AFS licensees must report all regulatory breaches to ASIC immediately since failure to do so will likely cause them greater trouble than the underlying breach, a legal consultant has warned.
The Fold Legal managing director Claire Wivell Plater said that in ASIC’s view, AFS licensees become aware of a breach when the person responsible for compliance becomes aware of it.
“However, they are often reluctant to report breaches until they have been considered by their directors or lawyers, they have rectified the breach, or in the case of likely breaches, the breach has actually occurred,” said Ms Wivell Plater.
While ASIC encourages firms to consider what must be done to rectify a breach, she said they should not wait until then to report it to the regulator.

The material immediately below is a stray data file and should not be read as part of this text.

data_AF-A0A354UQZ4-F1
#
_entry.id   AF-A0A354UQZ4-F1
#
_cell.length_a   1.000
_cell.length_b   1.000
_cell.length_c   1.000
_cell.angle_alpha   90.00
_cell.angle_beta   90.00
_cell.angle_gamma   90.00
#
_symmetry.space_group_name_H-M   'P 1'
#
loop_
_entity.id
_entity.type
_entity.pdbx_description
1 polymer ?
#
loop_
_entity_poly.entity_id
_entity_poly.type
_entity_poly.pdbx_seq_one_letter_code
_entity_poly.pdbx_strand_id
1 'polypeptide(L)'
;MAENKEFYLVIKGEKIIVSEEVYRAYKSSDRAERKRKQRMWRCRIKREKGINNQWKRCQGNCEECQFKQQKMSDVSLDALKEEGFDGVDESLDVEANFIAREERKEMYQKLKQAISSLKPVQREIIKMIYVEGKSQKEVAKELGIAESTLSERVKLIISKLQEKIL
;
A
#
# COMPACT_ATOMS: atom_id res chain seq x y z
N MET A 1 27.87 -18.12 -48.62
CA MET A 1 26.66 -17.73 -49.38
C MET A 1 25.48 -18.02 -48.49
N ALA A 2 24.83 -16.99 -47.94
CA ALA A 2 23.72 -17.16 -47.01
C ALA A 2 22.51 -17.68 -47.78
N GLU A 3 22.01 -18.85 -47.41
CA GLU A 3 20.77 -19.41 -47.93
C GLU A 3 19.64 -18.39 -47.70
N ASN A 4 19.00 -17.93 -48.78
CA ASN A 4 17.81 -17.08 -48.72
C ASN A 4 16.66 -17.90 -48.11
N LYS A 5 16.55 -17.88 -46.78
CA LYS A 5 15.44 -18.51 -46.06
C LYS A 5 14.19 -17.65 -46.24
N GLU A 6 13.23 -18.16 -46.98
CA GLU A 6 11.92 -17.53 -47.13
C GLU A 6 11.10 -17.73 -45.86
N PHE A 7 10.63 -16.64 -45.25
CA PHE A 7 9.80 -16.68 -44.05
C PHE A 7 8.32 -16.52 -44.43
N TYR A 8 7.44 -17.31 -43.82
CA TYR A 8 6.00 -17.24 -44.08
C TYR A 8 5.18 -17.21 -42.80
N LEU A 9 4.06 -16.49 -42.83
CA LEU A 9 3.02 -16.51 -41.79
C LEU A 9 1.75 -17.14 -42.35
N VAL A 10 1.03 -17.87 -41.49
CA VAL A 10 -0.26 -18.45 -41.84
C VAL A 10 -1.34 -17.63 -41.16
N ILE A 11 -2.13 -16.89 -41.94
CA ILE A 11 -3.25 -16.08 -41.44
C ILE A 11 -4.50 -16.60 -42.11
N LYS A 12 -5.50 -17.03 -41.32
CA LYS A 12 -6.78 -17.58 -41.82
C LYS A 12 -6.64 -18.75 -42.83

She said ASIC is concerned that AFS licensees who postpone reporting a breach to ASIC until lengthy processes to rectify it are completed are compromising the regulator’s ability to take action.
“Licensees should not panic when faced with a breach, because ASIC has indicated a strong willingness to work with licensees who take their breach reporting obligations seriously,” she said.
Ms Wivell Plater said ASIC does not take action in relation to every breach, but does look for patterns of misconduct within individual firms or across a market sector.
“ASIC also considers whether AFS licensees have robust systems for identifying and reporting problems,” she said.
“ASIC may consider an inadequate or late notification to mean that breach identification and reporting systems of the AFS licensee are not robust or that they have a poor compliance culture.”
Ms Wivell Plater said AFS licensees should remember that failure to report a significant breach is in itself a breach.
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